Dec 14, 2019  
Catalog 2015-16 
    
Catalog 2015-16 [ARCHIVED CATALOG]

Women’s Studies, Humanities and Social Sciences Transfer Pattern


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Associate of Arts (A.A.) in Humanities and Social Sciences
Transfer Pattern – Women’s Studies

Semester Sequence


This is a suggested full-time schedule for a student who has completed any developmental course work and has no transfer credits. Refer to the College catalog for specific requirements in selecting General Education courses .

 


Spring Semester Year 1


Fall Semester Year 2


  • Gen. Ed. Elective - Biological and Physical Sciences (with lab) 4 Credits.
  • Program Requirement - Two-Semester Sequence (HIST 111  recommended) 3 Credits.
  • Program Elective 8-9 Credits.

Spring Semester Year 2


  • Gen. Ed. Elective - Biological and Physical Sciences 3-4 Credits.
  • Program Requirement - Two Semester Sequence (HIST 112  recommended) 3 Credits. 
  • Program Electives 8-9 Credits.
  

General Education Requirements and Electives - 34-35 Credits


General Education Requirements:


General Education Electives:


Choose courses in each category from the list of approved General Education courses . 

Students must have at least 60 credits for an associate degree. Students who choose to take 3 credits of Mathematics and 7 credits of Biological and Physical Sciences, rather than 4 and 8, may need to take an additional class in order to reach at least 60 credits.

 

  • Arts and Humanities (PHIL 101  recommended) 3 Credits.
  • Biological and Physical Sciences (at least one course must have a lab) 7-8 Credits.
  • Social and Behavioral Sciences 3 Credits.

Program Requirements and Electives - 26-27 Credits


Program Requirements:


Critical Thinking:


Choose one from this list:

Program Electives:


Choose 17-18 credits from the following list of recommended electives.

Additional classes may be selected from anywhere in the college if needed. Courses should be selected based on transfer institution requirements.

Total Number of Credits Required for Degree: 60 min*


Notes


*Credit students who are new to college (no successfully completed college coursework at other institutions) are required to take ACDV 101  in the first semester at CCBC. This is a 1-credit class, and it does not count towards the number of credits required for a degree or certificate. Students are required to provide an official transcript(s) to document successful completion of college coursework at another institution(s) for this requirement to be waived.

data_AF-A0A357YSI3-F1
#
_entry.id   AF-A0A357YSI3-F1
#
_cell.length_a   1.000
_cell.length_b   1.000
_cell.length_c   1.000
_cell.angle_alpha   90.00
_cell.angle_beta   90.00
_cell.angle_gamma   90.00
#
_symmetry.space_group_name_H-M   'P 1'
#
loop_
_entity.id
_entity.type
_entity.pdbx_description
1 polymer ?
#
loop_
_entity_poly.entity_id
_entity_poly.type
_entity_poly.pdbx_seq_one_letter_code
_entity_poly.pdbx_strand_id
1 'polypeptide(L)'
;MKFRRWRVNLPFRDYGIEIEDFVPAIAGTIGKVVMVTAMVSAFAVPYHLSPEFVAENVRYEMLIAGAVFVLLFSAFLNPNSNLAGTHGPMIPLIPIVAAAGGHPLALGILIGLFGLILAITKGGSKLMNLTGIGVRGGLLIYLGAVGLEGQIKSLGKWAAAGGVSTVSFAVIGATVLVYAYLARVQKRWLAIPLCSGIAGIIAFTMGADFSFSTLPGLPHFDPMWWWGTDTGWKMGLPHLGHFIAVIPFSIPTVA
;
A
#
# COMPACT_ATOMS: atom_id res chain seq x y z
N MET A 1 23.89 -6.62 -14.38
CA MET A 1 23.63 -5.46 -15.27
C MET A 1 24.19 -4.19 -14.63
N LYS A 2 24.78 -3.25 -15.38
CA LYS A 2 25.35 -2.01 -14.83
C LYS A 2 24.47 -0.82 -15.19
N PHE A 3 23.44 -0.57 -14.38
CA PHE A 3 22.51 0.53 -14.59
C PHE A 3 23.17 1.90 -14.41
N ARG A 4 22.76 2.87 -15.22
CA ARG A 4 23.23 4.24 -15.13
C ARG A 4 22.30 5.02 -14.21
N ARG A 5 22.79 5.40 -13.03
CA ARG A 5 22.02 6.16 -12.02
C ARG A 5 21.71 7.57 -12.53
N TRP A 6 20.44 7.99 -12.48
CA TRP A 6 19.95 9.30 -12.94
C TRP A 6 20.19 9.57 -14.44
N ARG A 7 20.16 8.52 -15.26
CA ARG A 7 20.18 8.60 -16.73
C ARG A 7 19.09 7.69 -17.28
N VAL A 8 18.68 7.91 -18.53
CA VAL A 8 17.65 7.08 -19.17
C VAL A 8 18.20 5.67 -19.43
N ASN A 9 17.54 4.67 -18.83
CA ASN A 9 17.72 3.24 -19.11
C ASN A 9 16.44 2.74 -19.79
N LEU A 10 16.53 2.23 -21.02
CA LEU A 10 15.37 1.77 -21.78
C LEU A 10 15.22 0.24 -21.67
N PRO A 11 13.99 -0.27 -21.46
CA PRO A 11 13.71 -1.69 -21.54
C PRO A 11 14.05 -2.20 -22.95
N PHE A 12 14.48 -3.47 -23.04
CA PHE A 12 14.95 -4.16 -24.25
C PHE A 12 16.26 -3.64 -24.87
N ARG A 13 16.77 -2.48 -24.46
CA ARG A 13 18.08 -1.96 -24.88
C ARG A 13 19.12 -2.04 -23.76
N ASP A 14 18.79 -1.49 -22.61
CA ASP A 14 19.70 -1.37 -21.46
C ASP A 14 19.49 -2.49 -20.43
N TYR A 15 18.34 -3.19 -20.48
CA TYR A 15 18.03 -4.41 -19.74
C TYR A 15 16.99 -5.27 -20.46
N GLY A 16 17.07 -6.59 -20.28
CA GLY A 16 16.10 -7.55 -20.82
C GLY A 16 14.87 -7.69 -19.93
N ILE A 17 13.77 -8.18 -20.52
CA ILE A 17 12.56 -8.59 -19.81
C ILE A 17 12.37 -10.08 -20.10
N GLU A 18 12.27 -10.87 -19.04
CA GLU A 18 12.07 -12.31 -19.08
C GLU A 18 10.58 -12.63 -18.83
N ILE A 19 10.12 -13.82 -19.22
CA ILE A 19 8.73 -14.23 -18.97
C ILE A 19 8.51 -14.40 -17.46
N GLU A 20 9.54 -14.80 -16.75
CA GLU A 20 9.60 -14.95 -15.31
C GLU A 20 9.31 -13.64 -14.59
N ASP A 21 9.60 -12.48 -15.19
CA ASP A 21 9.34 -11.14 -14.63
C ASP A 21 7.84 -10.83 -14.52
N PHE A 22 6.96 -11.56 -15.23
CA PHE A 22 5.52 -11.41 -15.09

NOTE: Depending on the General Education electives completed, more than 15 credits of Electives may be needed to reach a minimum of 60 credits for the degree.

**These courses may also be used as General Education electives.

Transfer Pattern Description


This degree pattern is designed to help students transfer to colleges and universities that offer a baccalaureate degree with a major in Gender and Women’s Studies. Beyond the General Education requirements and other degree, program, and elective requirements, this pattern should be considered in light of the requirements of the selected transfer institution. Students should consult with a transfer coordinator or an advisor for information about specific requirements.

Transfer Pattern Outcomes


Upon successful completion of this transfer pattern, students will be able to:

  1. analyze the complex ways in which gender is socially constructed and contextualized within different aspects of the human experience–particularly areas such as family, health, popular culture, education, and the paid and unpaid labor force;
  2. connect the discipline of Women’s and Gender Studies to the history of the feminist movement;
  3. prepare and execute written and oral communication with objectivity, conciseness, and clarity;
  4. evaluate sources of print and Internet information on gender and other forms of cultural diversity;
  5. explore their own voice by using their understanding of feminist theory and practice to examine connections between their own personal experiences and larger institutional structures;
  6. examine complex situations of women in diverse cultures and their interdependence in an era of globalization;
  7. explore the social construction of gender and the way it intersects with other forms of difference, specifically race, ethnicity, class, age, and sexuality; and
  8. apply multiple methodologies in developing research and critical thinking skills and forms of human inquiry.

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